In the diabetic kidney, the autophagy machinery is also disrupted. From in vitro experiments to in vivo and clinical studies, emerging evidences have suggested the defective tubular cell mitophagy under diabetic condition [90‒94]. Hyperglycemia-induced tumor necrosis factor alpha-induced protein 8-like 1 (TNFAIP8L1/TIPE1) and FoxO1/putative kinase 1 (PINK1)/Parkin pathways were separately reported to be involved in the downregulation of tubular mitophagy in diabetic nephropathy [91, 94]. Although mitophagy in DKD is a relatively new research area, several researches have shown a decline in mitochondrial biogenesis in both DKD rodent models and DKD patients [95‒97]. Reduction in PGC-1α accounted for the decreased mitochondrial biogenesis and has been implicated in the development of DKD and renal fibrosis [98]. Additionally, an updated research showed the potential of activating mitophagy and mitochondrial biogenesis in preventing renal diabetic pathological changes through PINK1/Parkin pathway and Nrf2/SIRT1/PGC-1α axis [99]. All these results pose a possibility that manipulation of signal molecules increasing mitochondrial biogenesis may show renoprotective effects. The G protein-coupled bile acid receptor TGR5 activation has been reported to induce mitochondrial biogenesis and inhibits kidney disease in obesity and diabetes [100]; the activation of mitochondrial glycerol 3-phosphate dehydrogenase induces mitochondrial biogenesis and prevents podocyte injury and proteinuria in DKD [101]; klotho induces adenosine monophosphate-activated protein kinase (AMPK)-PGC-1α-mediated mitochondrial biogenesis and ameliorates DKD [102]. Thus, facilitating mitophagy and mitochondrial biogenesis may function to maintain mitochondrial dynamics and prevent DKD progression [103].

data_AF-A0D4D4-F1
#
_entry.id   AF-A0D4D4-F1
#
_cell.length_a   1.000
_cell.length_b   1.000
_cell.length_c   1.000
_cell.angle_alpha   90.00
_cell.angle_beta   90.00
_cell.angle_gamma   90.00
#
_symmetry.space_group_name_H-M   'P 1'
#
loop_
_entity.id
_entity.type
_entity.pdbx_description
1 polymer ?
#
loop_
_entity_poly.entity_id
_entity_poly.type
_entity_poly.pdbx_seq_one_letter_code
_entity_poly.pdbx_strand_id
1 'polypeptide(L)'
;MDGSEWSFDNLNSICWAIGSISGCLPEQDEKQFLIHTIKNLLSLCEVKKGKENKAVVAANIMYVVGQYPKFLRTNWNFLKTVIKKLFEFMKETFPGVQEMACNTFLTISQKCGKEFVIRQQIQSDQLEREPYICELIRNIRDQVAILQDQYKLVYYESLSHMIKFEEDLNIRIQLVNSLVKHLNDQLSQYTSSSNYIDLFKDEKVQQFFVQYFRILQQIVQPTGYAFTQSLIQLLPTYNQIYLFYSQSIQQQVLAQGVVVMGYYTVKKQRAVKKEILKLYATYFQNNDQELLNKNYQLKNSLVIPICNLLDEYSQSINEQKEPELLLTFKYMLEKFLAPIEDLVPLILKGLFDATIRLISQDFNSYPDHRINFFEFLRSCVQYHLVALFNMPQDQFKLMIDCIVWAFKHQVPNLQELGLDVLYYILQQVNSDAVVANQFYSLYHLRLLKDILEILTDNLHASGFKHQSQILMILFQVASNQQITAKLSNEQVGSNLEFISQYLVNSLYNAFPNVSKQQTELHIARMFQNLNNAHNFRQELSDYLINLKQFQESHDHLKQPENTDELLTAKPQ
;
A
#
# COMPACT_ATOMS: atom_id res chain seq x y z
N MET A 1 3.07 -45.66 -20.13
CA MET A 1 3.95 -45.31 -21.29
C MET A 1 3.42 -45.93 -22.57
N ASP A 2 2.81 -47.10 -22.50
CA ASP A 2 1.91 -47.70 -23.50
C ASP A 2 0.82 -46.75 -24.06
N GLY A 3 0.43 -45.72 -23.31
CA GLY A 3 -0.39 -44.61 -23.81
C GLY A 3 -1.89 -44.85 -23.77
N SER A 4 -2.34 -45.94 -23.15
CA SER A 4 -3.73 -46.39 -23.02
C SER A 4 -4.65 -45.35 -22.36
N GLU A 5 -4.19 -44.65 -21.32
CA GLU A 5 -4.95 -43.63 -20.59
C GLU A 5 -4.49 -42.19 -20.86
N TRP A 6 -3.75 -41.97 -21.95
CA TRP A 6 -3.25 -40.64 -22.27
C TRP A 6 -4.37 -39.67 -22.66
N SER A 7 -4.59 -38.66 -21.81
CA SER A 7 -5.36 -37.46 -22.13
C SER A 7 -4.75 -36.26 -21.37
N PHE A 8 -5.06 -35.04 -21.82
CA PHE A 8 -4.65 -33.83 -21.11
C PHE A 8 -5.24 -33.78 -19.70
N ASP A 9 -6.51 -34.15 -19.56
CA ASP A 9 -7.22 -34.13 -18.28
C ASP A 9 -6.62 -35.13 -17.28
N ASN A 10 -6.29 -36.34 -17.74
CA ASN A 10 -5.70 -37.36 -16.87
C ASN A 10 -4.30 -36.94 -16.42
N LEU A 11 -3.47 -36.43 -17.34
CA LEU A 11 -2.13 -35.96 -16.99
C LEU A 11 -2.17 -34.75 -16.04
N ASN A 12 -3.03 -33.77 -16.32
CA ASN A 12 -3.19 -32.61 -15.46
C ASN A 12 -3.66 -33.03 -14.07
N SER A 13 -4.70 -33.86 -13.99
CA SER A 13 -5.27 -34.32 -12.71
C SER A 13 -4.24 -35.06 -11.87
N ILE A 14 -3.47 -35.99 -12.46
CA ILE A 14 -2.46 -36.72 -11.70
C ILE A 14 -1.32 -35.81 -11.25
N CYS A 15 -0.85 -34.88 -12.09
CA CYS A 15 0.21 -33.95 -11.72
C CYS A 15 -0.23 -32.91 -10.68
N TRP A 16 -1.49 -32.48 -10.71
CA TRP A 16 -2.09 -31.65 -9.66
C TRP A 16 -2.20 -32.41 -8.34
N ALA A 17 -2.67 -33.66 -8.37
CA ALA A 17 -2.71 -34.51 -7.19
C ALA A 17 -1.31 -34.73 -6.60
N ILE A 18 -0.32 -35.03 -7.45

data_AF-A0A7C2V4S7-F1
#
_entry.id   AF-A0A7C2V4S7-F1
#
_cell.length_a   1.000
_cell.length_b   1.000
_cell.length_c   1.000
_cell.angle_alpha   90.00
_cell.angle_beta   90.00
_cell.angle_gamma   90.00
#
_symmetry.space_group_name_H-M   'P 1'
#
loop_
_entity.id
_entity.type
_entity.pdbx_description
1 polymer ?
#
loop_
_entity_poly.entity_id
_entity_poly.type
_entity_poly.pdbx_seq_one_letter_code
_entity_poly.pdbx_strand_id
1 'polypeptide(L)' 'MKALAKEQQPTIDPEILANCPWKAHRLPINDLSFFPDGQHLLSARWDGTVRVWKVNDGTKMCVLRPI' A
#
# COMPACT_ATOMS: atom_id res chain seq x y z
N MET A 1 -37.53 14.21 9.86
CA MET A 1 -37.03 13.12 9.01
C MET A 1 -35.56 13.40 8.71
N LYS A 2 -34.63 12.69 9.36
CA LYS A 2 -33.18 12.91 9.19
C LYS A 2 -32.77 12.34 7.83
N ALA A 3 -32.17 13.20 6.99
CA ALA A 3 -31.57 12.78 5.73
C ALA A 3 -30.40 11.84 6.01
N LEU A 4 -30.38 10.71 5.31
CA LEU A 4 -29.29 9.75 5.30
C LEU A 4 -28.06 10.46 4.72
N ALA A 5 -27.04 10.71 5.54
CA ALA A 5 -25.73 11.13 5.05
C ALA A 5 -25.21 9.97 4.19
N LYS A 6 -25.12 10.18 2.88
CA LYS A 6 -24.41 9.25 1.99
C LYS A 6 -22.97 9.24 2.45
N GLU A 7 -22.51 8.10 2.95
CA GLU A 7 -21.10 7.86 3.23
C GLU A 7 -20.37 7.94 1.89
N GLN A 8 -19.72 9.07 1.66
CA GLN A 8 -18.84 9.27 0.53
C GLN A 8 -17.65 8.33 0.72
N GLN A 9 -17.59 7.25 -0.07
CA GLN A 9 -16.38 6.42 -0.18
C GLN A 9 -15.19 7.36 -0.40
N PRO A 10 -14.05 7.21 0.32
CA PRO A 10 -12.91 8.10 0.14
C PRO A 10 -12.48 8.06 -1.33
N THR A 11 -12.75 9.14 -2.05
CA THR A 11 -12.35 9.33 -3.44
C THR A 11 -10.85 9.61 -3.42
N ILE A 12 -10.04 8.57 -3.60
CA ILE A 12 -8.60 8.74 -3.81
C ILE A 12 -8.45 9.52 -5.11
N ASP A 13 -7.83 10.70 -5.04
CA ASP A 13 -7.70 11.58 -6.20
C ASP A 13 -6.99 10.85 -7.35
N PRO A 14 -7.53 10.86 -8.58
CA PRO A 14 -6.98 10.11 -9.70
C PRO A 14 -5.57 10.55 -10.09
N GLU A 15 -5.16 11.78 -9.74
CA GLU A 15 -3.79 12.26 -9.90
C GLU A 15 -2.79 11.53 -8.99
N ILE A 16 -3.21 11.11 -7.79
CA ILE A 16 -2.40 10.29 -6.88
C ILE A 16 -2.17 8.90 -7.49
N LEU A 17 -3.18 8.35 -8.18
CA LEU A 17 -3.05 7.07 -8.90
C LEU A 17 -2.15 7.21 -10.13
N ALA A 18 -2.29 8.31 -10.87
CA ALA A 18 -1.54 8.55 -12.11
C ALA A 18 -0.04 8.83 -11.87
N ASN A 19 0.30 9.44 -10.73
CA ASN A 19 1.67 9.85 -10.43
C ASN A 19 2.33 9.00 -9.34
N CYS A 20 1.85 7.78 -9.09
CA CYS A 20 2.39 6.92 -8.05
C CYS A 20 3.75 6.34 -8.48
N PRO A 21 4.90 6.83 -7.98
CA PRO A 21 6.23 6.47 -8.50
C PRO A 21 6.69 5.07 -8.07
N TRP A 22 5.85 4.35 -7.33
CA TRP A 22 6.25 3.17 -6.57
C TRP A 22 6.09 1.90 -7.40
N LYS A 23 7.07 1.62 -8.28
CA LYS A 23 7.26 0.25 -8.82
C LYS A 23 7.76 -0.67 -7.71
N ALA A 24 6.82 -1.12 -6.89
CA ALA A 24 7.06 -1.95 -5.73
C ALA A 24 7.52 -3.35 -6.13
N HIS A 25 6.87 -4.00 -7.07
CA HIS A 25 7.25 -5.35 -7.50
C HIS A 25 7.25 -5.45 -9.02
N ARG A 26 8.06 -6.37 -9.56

Glomerulonephritis